When Tori Rumbolt broke her ankle in the Western Massachusetts Division II girls basketball final, Morgan Shafer was concerned.
The Hoosac Valley softball coach was worried about Rumbolt's health, of course, but it didn't take long for Shafer to start thinking about life without Rumbolt on the field.
"Yeah, I cringe a lot," Shafer said. "Especially when it is one of my softball players. Tori's been with us since a freshman, so to see an injury happen her senior year, it's obviously not the best scenario."
Injuries that carry over from one season to another are a hazard for winter and spring coaches. St. Joseph's boys basketball coach Paul Brindle says it feels like it happens to him every year, as it did with senior Lavante Wiggins this year. The Crusaders' South Division rival, Mount Greylock, felt the same pain when guard Hank Barrett broke his collarbone during football season and missed the basketball preseason.
After he was hurt, Barrett wondered how much of his winter season was in jeopardy.
"That was one of the first things that went through my mind that night," Barrett said. " ‘Oh shoot, the rest of football season and who knows how much of basketball season.' ... There was a lot of pressure to get myself completely prepared physically and mentally."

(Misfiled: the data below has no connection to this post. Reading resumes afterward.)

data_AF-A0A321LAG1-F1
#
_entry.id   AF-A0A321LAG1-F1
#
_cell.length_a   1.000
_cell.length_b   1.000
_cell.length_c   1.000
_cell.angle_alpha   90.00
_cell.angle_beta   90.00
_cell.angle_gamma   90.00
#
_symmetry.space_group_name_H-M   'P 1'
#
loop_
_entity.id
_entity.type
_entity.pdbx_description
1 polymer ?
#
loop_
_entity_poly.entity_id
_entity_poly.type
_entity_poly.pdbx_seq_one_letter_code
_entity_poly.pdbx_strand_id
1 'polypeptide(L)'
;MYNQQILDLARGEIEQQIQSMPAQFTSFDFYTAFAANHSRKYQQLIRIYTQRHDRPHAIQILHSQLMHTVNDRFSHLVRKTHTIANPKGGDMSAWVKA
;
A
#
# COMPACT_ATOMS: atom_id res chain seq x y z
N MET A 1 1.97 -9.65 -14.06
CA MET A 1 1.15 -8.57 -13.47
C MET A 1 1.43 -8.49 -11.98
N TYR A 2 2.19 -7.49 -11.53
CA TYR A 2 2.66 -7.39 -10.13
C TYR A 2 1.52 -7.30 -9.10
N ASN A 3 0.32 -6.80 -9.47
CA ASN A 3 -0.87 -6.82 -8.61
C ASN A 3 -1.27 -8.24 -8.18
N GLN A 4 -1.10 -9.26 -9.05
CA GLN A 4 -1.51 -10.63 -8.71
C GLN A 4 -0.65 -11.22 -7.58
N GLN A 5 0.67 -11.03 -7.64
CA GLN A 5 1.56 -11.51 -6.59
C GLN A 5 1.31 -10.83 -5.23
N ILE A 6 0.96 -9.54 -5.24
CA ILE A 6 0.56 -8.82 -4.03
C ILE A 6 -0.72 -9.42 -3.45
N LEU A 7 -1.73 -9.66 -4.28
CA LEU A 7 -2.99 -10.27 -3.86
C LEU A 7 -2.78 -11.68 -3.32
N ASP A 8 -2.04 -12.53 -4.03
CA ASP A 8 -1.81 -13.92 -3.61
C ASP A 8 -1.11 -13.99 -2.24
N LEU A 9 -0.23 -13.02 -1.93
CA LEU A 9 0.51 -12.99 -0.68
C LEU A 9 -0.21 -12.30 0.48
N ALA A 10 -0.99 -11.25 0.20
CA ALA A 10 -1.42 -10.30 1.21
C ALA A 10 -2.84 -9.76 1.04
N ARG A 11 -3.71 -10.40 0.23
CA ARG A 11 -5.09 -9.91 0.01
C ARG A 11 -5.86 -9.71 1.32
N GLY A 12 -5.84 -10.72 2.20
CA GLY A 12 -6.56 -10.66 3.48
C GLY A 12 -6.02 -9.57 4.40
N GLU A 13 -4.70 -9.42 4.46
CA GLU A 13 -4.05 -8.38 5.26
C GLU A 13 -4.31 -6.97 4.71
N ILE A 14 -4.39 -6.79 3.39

Brindle said he could see the pressure on Wiggins, who missed the start of the season due to lingering injuries from football season. He was still playing with a broken toe in the Western Mass.
"That played a part for almost the entire season," Brindle said. "He was never in basketball shape until the end of the year, and you saw how he played the last three weeks."
Brindle was a multi-sport athlete himself and he loves having guys on his team who can do it all. That doesn't make football season any less nerve-wracking.
Brindle talks to his football counterpart, Gary Bianchi, weekly, getting updates on the basketball players that may be banged up in the fall. This year that meant just about every starter, from Wiggins to 1,000-point scorer Tank Roberson, key utility man Michael Carpenter and Bianchi's son Jon. Brindle said it's important to have that strong relationship between coaches.
"I'm a nervous wreck with the guys I have," Brindle said. "They're very good football players but they're incredible basketball players. During football it's like, ‘Please don't get hurt.' Not only could it jeopardize our team, but these guys are so good, if they wanted to play in college. ... it's a tough thing."
For now, Shafer has a few backup plans in the works for life without Rumbolt. She said she won't rush the star shortstop onto the field.
"She's going to be a big part of the team whether she's on the bench for a little while or if she's out on the field," Shafer said. "Tori's naturally always concerned about her team first. I know she's going to do her best to put a positive attitude out there."